This article is based on Victoria Stillwell’s positive reinforcement dog training.
PILLAR #1 – Positive Reinforcement
The use of positive reinforcement methods when teaching your dog has been universally endorsed by the behavioral scientific community at large as the most effective, long-lasting, humane and safest method in dog training.
In short, positive reinforcement means that if you reward a behavior you like, there is a better chance of that behavior being repeated. When paired with negative punishment (the removal or withholding of something the dog wants like food, attention, toys, or human contact for a short period of time) or using a vocal interrupter to redirect negative behavior onto a wanted behavior and to guide a dog into making the right choices, these methods are a foundational element of the core of positive training. Traditional, old school trainers often argue that positive training shows weakness and a lack of leadership, but the truth is that the most respected and successful leaders are able to effect change without the use of force.
PILLAR #2 – Avoidance of Punitive Methods
Scientific studies have shown that the use of confrontational, punitive training techniques on dogs not only does not work long term, but actually exacerbates aggressive response and makes already aggressive dogs even more aggressive. It is a pretty simple concept, but sometimes it can be hard for dog owners to remember that fighting fire with fire usually results in someone getting burned.
So modern behavioral science weighed in against compulsion training, but for most of us, it does not take scientific journals to tell us what our instincts have already said: it is more humane to reward than to punish. Many who promote old-school training techniques argue that the punishment they dish out in the form of an electric shock or a swift kick to a dog’s ribs is not particularly damaging. There are indeed varying degrees of punishment, and everyone ultimately must make their own choice regarding how far they are willing to go. But most well-adjusted people would rather avoid doing anything that will make your dog feel pain or fear if they can help it, regardless of how minimal that punishment may be.
PILLAR #3 – Understanding Dominance
The misunderstanding of what dominance is and how it works within the dog world is the single biggest challenge facing our collective ability to develop truly healthy, functional relationships with our dogs. Anyone who has heard a trainer refer to the need for them to be the ‘alpha,’ ‘top dog’, or ‘leader of the pack’ in order to maintain balance and appropriate chemistry between dog and owner has witnessed firsthand just how widespread this hugely misguided misconception has become in our modern culture.
Admittedly, in scientific terms the historical understanding of this concept has morphed over the past half-century and remains quite complex. In its simplest form, however, the easiest way to describe the issue of dominance as it relates to our pet dogs is to assure you that you don’t need to be nearly concerned with it as you probably are. Dogs are not on a course to take over the world if left unchecked, and they do not even necessarily fall into the commonly assumed hierarchy roles that we so often assign them.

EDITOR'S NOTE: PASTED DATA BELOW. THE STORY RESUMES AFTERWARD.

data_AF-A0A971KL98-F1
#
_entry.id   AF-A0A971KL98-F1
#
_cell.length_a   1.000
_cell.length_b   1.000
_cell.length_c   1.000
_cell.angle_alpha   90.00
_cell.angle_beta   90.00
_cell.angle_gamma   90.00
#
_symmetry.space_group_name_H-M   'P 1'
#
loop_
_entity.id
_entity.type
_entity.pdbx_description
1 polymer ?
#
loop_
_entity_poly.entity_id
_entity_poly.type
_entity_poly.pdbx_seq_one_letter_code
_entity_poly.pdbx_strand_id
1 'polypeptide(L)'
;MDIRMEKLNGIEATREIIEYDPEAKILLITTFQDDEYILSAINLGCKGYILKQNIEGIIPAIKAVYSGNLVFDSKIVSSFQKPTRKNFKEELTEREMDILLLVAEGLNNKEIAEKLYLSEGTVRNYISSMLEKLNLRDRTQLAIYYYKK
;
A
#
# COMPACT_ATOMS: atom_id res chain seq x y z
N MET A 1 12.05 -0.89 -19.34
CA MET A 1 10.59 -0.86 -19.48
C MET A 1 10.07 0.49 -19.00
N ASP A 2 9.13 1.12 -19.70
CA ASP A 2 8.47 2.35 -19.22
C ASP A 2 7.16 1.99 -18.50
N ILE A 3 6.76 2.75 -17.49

The most important thing for the general dog owner to understand is that their dog’s misbehavior is actually very rarely a result of an attempt for them to assert dominance over their human.
To learn more about the fascinating, misunderstood and relatively complex concept of dominance, read Victoria’s latest book, Train Your Dog Positively or visit the Truth About Dominance page here.
Truly comprehending dominance as it applies to the canine world is a fundamental key to unlocking the power of positive training, while misdiagnosing the root cause of a dog’s misbehavior as dominance usually leads to a chain of events resulting in unbalanced, unconfident, and ultimately unhappy dogs (and owners).
PILLAR #4 – Using the Dog’s Point of View
You cannot build a strong bond with your dog unless you truly understand how he perceives the world around him, but to do this effectively you must first learn his language and appreciate his sensory experience.
Senses are closely linked to emotions, and emotions drive behavior, so it stands to reason that even though we are just scratching the surface when it comes to understanding the dog’s sense capabilities, they play an integral part in the dog’s experience. Using the senses to help dogs learn and to work through any behavioral issues they might have is a process called sensory education.
Meanwhile, as the more advanced species, it is obviously up to us to learn to ‘talk dog’ rather than expect our four-legged friends to learn English (or any other language). Doing so will give you the foundation to build a stronger relationship and making it easier to find effective positive solutions for any problem behaviors your dog might have.
We have domesticated the dog over many thousands of years, so it is our responsibility to give them the confidence and tools they need to thrive and survive in our strange, human world.
There are many different terms used to describe positive training techniques: positive reinforcement, reward-based, force-free, and more. What proponents of all of these interrelated philosophies have in common is a shared belief that it is much safer, more effective and humane to teach animals using the overarching concept that if you reward a behavior you like, it is more likely that that behavior will be repeated. Similarly, if you ignore or redirect a behavior you do not like, it is more likely that incidences of that behavior will decrease. Combine these concepts with the awareness that dogs are not wolves trying to dominate us to achieve ‘top dog’ status, and therefore do not need to be controlled using dominance-based punishment techniques, and you have the recipe for positive training.